Balancing those scales before Rosh Hashana

Today and tomorrow mark Rosh Hodesh Elul, the new moon of the month of Elul, which means we are now one month away from Rosh Hashana.  As I wrote in one of my February posts, "We know that according to Jewish tradition different months have different qualities.  As we learn in the Gemara in Taanit 29a  'With the beginning of Adar we increase in joy,'  This is often sung as we prepare for the arrival of Purim in the song “Mi Shenichnas Adar.”  And on the same page we learn 'the astrological essence of Adar is healthy.'"  (To see the full post and a brief exploration of the Jewish view of astrology, click here to see my post entitled "Do the Black Eyed Peas know what Mazal Tov means?")  The month of Elul also has its own energy, which makes it an auspicious time for certain things, namely, teshuva (repentance).

"Elul" has been interpreted in both the Mishnah Berurah and the Shulchan Aruch as an acronym, with its Hebrew letters "Aleph," "Lamed," "Vav," "Lamed" representing the words "Ani L'Dodi V'Dodi Li" (Song of Songs: 6,3).   The translation of this verse is "I am my Beloved's and my Beloved is mine," where my "Beloved" is G-d, and "I" am the Jewish People.  This is why The Zodiac Sign of the month of Elul (Virgo, or "the virgin") makes sense.   The Jewish people is betrothed to God as a one and only lover.  This is further connected to the season of teshuva by the verse, "…Return, O Virgin of Israel, return to these cities of yours!" (Yirmiyahu 31:20)
Artwork is by Gabrielle Mizrachi-Mallin and says "Elul" and depicts astrological significance. 
See it at
Perhaps the most powerful teaching I have ever heard about Elul is a Hassidic teaching from the first Lubavitcher Rebbe, Shneur Zalman of Liadi:
The king's usual place is in the capital city, in the royal palace. Anyone wishing to approach the king must go through the appropriate channels in the palace bureaucracy and gain the approval of a succession of secretaries and ministers. He must journey to the capital and pass through the many gates, corridors and antechambers that lead to the throne room. His presentation must be meticulously prepared, and he must adhere to an exacting code of dress, speech and mannerism upon entering into the royal presence.  However, there are times when the king comes out to the fields outside the city. At such times, anyone can approach him; the king receives them all with a smiling face and a radiant countenance. The peasant behind his plow has access to the king in a manner unavailable to the highest ranking minister in the royal court when the king is in the palace. (
The symbolism is clear--although most of the year God is on a throne, during the month of Elul S/He is available to us in a much more intimate way.  Then, on Rosh Hashana S/He returns to the throne to be crowned for the new year and sit in judgment over us.  When does it make more sense to approach the king?  To me, the answer is, ideally, during Elul, when S/He is so close to us.  The astrological sign of the month of Tishrei, in which Rosh Hashana falls, is Libra, or the scales.  The scales symbolize our good deeds and bad deeds being measured, with our good deeds hopefully outweighing the bad ones.  During Elul we have the opportunity to connect with God as a lover and to prepare for that judgment.  We also have the opportunity to add as much to the "good" side of the scale as possible.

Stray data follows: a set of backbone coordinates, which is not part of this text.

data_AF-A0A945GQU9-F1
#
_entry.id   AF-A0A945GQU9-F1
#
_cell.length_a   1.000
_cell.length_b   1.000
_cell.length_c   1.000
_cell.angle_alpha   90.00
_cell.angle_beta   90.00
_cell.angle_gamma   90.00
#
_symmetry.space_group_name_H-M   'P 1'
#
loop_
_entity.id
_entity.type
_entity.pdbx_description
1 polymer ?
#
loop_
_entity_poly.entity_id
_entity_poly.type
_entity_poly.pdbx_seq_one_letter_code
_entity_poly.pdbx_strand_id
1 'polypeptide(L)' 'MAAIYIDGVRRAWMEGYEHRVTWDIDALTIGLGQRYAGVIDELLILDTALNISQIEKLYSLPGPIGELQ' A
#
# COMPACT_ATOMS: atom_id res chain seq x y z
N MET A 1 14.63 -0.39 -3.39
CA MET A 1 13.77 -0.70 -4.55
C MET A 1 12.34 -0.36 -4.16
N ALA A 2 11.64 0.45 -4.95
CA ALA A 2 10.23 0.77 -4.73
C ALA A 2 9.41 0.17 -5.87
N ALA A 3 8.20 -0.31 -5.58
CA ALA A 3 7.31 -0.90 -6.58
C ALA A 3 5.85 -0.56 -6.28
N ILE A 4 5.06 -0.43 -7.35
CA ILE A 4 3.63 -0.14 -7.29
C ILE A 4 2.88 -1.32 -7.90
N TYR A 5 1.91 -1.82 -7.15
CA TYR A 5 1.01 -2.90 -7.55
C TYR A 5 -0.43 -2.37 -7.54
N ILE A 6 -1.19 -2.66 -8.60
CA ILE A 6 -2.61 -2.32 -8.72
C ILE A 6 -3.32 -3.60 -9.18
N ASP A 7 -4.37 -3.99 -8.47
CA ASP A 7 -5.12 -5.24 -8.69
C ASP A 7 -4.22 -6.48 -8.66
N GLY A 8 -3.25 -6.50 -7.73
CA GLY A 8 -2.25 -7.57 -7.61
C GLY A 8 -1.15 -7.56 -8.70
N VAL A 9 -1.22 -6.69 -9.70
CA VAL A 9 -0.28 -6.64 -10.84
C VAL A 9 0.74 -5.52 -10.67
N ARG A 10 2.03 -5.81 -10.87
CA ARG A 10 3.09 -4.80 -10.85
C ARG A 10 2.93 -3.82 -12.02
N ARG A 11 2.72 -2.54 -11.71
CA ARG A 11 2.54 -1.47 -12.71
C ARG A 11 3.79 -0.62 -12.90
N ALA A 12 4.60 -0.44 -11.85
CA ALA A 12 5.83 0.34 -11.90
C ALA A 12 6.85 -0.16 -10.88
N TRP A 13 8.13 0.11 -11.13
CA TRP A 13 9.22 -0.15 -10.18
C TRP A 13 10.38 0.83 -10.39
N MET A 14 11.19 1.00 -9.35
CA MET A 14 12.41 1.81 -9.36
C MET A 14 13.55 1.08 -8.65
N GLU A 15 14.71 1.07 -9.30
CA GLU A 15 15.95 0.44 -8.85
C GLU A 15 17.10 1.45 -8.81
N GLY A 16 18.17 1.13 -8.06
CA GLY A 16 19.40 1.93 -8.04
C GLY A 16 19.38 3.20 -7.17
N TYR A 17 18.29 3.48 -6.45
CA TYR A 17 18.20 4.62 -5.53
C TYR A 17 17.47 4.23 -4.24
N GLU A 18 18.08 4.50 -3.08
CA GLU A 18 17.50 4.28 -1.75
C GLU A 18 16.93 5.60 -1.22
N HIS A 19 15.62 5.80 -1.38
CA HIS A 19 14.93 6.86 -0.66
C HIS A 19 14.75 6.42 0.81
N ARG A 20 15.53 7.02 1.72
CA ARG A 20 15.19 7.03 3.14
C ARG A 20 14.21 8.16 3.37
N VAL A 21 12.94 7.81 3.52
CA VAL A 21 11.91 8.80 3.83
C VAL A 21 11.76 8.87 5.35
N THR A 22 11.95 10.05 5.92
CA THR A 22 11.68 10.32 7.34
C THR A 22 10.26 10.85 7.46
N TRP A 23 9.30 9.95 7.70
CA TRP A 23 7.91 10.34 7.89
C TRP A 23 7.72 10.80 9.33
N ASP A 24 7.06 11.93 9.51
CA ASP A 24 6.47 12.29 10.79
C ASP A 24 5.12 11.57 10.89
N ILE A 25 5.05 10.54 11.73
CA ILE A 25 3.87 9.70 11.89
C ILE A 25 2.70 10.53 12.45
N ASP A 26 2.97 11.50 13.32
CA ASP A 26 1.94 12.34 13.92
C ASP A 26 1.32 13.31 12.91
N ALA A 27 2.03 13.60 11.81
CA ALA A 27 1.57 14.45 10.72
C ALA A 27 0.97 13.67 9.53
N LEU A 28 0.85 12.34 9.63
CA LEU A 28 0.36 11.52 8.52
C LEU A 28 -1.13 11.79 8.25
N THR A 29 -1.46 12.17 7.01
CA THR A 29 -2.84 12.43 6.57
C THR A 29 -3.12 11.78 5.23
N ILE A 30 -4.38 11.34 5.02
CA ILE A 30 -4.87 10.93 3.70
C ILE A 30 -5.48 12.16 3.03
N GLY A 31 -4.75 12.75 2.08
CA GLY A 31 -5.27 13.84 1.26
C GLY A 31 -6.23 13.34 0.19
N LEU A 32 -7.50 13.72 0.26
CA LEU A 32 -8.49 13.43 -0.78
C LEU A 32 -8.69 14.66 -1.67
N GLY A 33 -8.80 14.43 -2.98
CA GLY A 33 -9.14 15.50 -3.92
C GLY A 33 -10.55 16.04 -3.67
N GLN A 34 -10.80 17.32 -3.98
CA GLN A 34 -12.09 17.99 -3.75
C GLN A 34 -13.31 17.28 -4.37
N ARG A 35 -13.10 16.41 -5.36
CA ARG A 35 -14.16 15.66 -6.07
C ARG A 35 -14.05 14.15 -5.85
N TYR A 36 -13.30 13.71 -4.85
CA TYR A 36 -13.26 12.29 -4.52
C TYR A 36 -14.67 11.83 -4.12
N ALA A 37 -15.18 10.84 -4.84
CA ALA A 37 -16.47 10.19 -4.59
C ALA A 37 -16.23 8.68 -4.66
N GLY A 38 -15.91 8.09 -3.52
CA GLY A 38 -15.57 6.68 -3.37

I feel God's love in many ways during Elul.  For example, just yesterday, a friend accepted my offer to drive him and his daughter to the airport to visit Israel.  I felt great about God having loved me enough to give me the opportunity to do this mitzvah and add one little grain of rice to my "good" side of the scale.  But it got even better.  After dropping off my friend and his daughter at the airport, and beginning the drive home, I received a phone call from him that he had forgotten one of his suitcases.  So I returned to the airport and essentially did the same trip a 2nd time.  We then were pulled over by the police at the airport for a "random" security check (there is no such thing as "random" or "coincidence" in my opinion), and this delayed us even more.  So a mitzvah sort of turned into a "super-mitzvah" after the stressful experience was over.  When telling this story to another friend, he said to me, "But you just got through telling me that you were not feeling well last night because you had a headache on top of everything else."  To this my response is from Pirke Avot:  "The greater the effort, the greater the reward."  (5:22)

So, call me crazy, but I really do think that God loves us and gives us gifts to help us tip those scales in our favor.  Once when I was a rabbi serving a pulpit in a small town, a (non-Jewish) beggar came to the synagogue asking for money the day before Rosh Hashanah.  Well for a rabbi, there is no busier day than the day before Rosh Hashanah, but rather than giving him money (which I was afraid he would spend on alcohol or drugs) I preferred to help him with what he claimed to need, which was a bus ticket to somewhere (I don't remember where).  I met him at the bus station, and purchased the ticket for him with a clean conscience, and the feeling that God had given me a tremendous gift with the opportunity to love Him/Her by doing a mitzvah on such a busy day.

My wish for all of us is that we can continue to keep our eyes open in this auspicious month for signs of God's love for us and those extra opportunities to help out, especially when it might be particularly inconvenient.  Hodesh Tov.